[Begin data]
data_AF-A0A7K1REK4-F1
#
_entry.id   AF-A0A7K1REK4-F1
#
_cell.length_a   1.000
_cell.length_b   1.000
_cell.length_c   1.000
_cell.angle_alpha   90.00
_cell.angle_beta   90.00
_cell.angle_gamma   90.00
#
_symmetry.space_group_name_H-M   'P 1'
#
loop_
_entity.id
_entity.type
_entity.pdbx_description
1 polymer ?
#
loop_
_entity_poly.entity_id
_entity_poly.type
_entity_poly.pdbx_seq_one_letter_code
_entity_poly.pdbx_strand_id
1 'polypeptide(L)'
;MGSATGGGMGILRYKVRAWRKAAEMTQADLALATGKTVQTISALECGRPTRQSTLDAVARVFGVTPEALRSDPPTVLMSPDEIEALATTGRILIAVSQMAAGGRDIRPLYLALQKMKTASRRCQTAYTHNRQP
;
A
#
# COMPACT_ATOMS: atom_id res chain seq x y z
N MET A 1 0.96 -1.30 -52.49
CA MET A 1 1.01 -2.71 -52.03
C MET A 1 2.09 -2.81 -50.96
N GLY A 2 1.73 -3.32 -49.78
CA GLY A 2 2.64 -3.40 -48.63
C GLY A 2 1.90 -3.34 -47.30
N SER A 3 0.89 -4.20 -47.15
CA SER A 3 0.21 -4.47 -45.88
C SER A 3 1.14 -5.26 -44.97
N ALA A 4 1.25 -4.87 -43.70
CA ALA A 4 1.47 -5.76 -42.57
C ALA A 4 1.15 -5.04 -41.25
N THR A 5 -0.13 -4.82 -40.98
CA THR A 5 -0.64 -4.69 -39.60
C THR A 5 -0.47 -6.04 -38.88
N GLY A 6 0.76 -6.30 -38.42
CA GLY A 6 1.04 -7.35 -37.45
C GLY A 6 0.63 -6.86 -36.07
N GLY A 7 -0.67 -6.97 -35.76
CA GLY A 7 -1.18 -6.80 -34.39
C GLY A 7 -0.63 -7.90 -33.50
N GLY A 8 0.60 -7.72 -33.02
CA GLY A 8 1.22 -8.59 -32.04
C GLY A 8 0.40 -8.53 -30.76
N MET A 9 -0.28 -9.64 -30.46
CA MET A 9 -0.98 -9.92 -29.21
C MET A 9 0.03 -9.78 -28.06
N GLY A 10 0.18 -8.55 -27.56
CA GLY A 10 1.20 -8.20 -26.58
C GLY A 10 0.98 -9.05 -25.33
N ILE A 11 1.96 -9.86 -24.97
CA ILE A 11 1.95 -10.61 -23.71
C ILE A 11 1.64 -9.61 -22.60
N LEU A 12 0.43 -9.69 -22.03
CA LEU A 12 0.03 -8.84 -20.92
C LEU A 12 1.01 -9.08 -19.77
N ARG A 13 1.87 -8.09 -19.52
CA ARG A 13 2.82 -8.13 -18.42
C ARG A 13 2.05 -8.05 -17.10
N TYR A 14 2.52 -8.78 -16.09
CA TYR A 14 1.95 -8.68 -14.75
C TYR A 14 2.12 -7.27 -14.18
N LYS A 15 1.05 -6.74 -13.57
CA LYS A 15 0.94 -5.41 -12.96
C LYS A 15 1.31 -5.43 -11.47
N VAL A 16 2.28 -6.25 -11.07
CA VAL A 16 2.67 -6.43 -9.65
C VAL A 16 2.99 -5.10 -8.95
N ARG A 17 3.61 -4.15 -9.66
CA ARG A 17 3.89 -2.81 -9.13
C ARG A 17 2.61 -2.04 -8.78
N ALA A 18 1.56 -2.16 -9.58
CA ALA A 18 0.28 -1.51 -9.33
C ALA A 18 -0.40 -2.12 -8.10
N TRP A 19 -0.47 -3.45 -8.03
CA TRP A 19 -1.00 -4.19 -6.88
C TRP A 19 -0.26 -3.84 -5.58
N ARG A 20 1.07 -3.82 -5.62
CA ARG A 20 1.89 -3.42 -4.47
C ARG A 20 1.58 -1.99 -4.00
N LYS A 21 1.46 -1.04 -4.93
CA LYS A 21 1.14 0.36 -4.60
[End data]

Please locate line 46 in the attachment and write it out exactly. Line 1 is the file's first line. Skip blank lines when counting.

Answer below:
N GLY A 6 0.76 -6.30 -38.42